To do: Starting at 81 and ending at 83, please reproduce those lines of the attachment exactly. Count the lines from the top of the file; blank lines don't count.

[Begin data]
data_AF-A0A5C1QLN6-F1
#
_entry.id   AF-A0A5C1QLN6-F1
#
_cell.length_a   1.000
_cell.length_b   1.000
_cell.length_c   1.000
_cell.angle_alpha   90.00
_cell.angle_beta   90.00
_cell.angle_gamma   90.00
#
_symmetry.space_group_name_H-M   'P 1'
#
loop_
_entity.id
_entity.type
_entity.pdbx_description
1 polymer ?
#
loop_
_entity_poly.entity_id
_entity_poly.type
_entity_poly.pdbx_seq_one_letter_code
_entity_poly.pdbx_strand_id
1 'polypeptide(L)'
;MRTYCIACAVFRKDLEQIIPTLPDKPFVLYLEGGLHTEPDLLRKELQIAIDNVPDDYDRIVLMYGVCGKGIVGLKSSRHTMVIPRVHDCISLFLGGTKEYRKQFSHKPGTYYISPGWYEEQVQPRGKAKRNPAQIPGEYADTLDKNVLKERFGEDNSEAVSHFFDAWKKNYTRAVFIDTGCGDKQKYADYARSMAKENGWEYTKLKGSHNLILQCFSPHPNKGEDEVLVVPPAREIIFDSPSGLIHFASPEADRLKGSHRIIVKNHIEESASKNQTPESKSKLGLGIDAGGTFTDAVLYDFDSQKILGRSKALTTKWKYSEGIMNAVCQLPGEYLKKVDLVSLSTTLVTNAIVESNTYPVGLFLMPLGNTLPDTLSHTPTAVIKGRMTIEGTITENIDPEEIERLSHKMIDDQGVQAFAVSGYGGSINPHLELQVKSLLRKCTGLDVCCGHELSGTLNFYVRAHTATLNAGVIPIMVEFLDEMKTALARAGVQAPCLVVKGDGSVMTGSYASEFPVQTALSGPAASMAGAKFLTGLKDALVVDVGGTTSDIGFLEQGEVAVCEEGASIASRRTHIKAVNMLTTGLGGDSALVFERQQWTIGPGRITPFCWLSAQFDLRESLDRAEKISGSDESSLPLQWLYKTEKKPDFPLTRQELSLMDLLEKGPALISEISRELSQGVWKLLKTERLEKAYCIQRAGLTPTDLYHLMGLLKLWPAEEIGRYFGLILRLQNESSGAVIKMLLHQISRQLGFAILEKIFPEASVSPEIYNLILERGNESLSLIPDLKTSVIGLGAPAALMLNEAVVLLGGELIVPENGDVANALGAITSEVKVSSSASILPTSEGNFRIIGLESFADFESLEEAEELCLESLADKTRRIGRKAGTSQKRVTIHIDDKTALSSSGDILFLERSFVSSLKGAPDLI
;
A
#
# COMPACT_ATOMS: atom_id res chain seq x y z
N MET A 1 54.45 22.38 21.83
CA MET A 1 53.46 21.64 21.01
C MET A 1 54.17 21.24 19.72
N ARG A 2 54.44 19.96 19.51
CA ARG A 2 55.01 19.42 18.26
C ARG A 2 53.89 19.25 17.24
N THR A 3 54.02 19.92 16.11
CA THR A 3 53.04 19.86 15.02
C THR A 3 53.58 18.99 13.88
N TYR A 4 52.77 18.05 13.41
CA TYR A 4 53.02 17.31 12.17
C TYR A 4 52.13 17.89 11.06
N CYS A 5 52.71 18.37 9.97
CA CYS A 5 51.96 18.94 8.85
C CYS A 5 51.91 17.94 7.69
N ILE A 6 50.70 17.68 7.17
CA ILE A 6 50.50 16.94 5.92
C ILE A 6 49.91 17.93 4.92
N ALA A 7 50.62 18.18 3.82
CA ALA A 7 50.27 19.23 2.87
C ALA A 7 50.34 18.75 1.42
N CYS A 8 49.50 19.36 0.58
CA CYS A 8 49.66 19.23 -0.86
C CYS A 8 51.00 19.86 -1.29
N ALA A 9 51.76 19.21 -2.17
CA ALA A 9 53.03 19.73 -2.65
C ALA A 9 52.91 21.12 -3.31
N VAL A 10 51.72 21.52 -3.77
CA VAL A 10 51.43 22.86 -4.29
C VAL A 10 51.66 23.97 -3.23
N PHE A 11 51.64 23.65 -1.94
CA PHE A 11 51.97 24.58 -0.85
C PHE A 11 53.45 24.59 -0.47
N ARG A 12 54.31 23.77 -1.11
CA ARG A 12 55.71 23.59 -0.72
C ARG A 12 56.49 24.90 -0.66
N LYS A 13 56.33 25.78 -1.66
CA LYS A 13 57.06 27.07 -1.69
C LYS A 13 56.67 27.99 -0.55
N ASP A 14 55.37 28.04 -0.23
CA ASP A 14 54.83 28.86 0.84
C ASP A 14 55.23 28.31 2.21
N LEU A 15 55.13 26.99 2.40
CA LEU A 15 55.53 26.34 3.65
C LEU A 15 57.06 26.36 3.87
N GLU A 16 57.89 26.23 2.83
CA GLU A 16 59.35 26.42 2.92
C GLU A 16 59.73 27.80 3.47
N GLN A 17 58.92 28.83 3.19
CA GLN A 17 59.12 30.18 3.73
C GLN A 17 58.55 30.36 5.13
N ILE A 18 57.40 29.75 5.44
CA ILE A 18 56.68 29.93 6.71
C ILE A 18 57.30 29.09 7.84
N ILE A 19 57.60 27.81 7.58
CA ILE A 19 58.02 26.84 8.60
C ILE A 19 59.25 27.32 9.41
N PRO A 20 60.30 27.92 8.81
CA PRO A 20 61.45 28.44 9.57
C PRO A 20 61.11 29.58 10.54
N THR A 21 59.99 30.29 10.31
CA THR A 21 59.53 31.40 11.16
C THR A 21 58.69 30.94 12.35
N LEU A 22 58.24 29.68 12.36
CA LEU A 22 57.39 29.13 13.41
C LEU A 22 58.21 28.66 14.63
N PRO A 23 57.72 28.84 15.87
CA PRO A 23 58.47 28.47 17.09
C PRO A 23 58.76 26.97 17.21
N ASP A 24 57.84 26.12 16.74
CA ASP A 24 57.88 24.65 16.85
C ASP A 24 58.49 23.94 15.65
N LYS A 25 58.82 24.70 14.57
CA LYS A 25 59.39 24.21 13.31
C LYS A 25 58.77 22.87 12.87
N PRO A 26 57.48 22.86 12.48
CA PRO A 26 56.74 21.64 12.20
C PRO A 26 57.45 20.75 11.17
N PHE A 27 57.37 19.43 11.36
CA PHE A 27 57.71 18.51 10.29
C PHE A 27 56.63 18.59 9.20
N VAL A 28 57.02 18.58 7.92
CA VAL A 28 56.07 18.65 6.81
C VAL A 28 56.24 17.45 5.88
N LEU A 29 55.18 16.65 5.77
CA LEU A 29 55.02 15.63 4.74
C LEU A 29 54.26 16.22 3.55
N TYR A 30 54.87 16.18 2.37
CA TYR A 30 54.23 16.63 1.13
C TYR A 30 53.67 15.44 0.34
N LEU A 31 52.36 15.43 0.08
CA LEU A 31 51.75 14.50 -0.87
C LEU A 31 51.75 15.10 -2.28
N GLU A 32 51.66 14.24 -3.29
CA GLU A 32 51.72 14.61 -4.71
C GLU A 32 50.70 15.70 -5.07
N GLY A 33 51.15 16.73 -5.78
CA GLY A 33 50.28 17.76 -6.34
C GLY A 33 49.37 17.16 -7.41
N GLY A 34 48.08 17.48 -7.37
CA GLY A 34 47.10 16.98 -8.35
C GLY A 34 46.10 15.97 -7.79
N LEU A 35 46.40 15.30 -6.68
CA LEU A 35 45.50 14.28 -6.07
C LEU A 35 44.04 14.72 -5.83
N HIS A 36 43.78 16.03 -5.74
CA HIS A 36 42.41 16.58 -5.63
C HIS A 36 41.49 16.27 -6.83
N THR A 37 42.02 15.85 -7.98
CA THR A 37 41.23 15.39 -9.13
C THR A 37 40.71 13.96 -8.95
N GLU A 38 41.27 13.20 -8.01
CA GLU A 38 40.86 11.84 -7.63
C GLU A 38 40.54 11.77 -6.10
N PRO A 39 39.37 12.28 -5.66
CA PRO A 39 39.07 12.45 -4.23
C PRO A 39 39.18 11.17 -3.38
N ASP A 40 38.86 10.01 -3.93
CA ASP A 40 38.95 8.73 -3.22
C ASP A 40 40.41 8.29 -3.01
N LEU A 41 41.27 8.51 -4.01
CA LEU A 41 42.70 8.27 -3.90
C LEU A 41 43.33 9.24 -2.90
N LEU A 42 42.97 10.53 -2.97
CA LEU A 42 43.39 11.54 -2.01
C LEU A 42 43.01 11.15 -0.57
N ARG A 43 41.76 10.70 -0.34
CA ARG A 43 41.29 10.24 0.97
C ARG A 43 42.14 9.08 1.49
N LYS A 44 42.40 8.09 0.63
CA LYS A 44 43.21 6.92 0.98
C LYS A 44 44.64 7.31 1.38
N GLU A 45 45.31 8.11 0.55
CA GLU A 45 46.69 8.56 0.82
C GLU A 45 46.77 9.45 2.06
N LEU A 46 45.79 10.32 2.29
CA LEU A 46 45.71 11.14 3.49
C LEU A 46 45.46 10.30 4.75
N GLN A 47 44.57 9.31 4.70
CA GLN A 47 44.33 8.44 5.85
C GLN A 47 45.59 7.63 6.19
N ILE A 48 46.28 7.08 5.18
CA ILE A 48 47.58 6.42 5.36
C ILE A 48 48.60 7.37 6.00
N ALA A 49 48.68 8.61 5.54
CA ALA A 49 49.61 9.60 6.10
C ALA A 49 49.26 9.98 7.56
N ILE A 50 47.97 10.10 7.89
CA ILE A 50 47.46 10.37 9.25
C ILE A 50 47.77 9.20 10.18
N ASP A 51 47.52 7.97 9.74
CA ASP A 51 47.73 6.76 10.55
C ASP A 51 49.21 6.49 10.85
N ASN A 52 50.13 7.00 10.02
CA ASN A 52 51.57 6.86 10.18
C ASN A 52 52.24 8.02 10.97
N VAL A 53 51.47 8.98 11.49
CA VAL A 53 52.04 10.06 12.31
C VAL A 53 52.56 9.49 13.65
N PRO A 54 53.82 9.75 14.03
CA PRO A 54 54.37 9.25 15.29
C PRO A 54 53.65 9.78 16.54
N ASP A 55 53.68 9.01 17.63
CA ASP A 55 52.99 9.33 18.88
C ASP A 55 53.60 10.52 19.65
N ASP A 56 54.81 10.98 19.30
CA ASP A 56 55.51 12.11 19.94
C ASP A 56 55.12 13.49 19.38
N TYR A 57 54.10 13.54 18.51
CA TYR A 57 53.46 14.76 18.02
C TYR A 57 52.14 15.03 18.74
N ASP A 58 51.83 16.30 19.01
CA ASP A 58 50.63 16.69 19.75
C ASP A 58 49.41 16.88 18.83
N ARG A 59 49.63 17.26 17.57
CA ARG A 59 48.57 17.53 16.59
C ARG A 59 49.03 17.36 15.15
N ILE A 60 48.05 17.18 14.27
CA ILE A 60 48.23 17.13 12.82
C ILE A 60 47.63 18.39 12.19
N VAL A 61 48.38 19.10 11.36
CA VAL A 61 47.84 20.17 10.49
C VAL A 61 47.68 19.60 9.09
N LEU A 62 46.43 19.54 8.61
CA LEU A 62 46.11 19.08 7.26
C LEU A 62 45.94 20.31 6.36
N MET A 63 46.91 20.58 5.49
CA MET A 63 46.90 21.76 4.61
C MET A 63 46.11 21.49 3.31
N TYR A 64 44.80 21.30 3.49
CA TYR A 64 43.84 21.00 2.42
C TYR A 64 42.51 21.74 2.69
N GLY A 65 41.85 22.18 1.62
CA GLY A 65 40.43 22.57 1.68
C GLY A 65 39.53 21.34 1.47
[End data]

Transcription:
C GLN A 17 58.55 30.36 5.13
N ILE A 18 57.40 29.75 5.44
CA ILE A 18 56.68 29.93 6.71